Reliable medical advice or junk science?

First ghee was banned, now it is considered healthy. Sugar was replaced by substitutes, then saccharine was called carcinogenic. What does one believe? Dr James Le Fanu offers some guidelines 

  • Published 5.09.18

Almost a quarter of a century ago, the editor of the prestigious New England Journal of Medicine drew attention in an article headlined "What should the public believe?" to the understandable perplexity for many induced by the constant flow of contradictory scientific studies implicating every aspect of daily life in some dire disease or other.

"People substitute margarine for butter, only to learn it may be worse for their arteries. They switch from sugar to saccharine, only to be told it is associated with bladder cancer. The pendulum swings back and forth, generating an 'epidemic of anxiety'."

Twenty-five years on, nothing has changed. Two months ago, a senior judge in California ruled that, in the light of recent findings, coffee retailers must display a prominent notice warning customers of its potential to cause cancer. Then, last week, a major study involving half a million people found, on the contrary, that drinking six cups of coffee a day is highly beneficial, reducing the risk of dying from any cause. This is junk science, and the public should sensibly believe none of it.

Indeed, there are only two lifestyle habits reliably demonstrated to have health implications - both originating from the same credible source.

Back in the early Fifties, epidemiologist Austin Bradford Hill wrote to the 60,000 doctors on the medical register, asking them to fill in a short questionnaire on how much they smoked and their alcohol consumption.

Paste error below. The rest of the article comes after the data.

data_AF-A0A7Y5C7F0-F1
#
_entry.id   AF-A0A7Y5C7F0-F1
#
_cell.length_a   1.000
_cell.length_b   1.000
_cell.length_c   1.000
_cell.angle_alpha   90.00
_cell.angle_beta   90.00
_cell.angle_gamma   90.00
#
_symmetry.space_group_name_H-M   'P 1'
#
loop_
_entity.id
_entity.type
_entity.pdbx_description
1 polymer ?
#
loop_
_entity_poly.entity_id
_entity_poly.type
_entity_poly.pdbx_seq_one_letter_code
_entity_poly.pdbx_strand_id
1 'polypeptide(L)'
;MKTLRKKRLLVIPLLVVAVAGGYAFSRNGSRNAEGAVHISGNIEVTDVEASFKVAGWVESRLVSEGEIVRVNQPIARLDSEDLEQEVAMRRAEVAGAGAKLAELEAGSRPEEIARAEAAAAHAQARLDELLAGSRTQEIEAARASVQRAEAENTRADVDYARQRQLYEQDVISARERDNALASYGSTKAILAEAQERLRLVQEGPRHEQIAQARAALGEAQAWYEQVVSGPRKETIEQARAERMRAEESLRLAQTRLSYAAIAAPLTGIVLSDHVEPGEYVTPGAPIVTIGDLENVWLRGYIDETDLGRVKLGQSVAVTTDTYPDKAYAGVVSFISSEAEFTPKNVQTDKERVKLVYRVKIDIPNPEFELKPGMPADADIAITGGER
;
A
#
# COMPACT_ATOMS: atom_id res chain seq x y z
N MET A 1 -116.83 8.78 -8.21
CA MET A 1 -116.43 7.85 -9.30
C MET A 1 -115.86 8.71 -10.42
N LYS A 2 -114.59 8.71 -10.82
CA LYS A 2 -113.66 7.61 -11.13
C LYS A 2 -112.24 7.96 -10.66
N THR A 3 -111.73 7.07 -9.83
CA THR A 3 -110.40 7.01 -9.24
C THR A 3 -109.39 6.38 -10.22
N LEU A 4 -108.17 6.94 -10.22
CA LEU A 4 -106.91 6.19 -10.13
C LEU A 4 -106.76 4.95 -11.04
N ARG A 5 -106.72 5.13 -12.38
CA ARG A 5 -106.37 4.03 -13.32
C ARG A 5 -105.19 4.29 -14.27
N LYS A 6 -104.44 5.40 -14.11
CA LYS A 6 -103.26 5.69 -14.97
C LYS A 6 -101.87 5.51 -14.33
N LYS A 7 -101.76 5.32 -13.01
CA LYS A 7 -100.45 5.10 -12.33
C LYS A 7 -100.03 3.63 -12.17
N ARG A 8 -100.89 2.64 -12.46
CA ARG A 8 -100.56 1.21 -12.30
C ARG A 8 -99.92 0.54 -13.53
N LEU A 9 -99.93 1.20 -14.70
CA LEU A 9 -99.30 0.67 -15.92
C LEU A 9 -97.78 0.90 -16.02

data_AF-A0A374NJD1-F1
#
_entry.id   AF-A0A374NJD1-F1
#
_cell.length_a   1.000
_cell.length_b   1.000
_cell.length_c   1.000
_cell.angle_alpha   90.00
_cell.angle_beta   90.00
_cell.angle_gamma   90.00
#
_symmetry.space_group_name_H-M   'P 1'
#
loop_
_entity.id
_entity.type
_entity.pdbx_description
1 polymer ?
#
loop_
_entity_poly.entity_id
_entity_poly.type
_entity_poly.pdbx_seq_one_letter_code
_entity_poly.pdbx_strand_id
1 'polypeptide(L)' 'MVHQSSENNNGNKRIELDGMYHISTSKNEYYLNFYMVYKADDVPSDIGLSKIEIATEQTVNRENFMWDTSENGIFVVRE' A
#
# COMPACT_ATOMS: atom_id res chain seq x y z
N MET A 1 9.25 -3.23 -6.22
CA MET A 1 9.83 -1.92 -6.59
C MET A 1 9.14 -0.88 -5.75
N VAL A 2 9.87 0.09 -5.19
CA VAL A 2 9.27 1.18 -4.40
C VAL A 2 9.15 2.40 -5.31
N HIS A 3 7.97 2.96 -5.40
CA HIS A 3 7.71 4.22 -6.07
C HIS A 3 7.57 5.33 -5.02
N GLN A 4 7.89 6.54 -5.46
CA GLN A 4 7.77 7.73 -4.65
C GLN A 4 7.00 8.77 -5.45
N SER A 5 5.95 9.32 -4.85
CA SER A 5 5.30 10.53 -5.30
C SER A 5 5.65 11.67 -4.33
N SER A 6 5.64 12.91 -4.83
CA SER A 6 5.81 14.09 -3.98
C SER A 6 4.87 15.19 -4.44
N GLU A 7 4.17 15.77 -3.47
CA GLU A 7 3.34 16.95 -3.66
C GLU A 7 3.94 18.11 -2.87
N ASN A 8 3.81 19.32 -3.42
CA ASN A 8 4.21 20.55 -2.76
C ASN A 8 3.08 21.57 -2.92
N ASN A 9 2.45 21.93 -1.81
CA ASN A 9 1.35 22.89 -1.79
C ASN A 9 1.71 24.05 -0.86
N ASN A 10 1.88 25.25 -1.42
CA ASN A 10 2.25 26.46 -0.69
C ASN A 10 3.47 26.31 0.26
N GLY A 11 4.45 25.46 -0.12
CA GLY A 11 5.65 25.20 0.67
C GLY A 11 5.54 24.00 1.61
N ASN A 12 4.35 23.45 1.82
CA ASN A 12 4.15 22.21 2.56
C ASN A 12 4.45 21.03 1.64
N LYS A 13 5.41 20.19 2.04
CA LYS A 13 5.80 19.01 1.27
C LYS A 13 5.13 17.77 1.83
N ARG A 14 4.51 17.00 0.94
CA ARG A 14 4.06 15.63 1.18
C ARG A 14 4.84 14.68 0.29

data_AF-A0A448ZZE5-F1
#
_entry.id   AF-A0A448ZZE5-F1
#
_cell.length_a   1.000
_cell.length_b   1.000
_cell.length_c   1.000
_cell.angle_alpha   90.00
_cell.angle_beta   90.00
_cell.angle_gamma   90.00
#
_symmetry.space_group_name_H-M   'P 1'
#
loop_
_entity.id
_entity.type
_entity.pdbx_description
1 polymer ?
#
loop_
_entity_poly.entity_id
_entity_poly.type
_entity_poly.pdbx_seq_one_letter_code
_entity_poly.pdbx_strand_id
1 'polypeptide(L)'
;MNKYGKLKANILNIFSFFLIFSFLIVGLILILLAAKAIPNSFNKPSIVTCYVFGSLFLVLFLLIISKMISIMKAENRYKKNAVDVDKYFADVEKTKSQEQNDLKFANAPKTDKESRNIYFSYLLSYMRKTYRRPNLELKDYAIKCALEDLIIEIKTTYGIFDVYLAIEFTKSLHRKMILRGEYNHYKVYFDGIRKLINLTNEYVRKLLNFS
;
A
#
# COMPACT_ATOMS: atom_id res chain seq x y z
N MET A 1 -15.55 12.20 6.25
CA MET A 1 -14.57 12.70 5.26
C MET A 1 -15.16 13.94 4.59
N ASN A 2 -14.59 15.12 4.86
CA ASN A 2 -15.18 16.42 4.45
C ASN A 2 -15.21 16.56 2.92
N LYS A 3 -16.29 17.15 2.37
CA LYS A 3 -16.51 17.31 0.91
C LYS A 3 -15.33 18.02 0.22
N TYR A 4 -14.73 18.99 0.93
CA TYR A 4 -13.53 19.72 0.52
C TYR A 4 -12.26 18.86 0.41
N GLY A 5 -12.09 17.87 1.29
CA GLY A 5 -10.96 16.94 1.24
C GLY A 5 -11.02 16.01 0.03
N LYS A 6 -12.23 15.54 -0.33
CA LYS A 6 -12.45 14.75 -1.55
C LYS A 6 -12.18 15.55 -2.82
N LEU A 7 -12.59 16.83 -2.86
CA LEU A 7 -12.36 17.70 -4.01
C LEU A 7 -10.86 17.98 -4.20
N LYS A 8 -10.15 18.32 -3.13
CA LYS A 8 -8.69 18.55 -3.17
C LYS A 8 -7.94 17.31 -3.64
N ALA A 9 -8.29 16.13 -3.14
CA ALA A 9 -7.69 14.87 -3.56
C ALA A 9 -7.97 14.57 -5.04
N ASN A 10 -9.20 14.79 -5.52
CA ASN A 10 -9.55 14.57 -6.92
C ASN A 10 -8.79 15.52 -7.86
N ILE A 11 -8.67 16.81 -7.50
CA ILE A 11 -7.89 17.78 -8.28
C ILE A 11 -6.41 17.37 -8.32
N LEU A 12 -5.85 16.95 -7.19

Forty years later, almost half of those who participated had died, and there is a memorable simplicity to the relevant medical statistics. Those doctors who had reported smoking 20 (or more) cigarettes a day had a 25-fold increased risk of lung cancer compared to non-smokers.

By contrast, the findings for alcohol consumption were quite different. Here, it emerged that, compared to teetotallers or heavy drinkers, doctors drinking four glasses of wine a day (or its equivalent) not only lived longer, but reduced their risk of a heart attack by almost half. The late distinguished medical commentator, Dr Thomas Stuttaford, claimed that "moderate drinkers can expect not just a longer but also a happier life".

This was particularly so for the oldies: "In no age group is the social drink more important. A glass of wine does more good than a whole packet of antidepressants," the good doctor had said.

Dr Stuttaford would have been just too young to have participated in Prof Bradford Hill's landmark study, but his death, aged 87, is ample testimony to those unequivocal findings on the merits of not smoking, but drinking sensibly.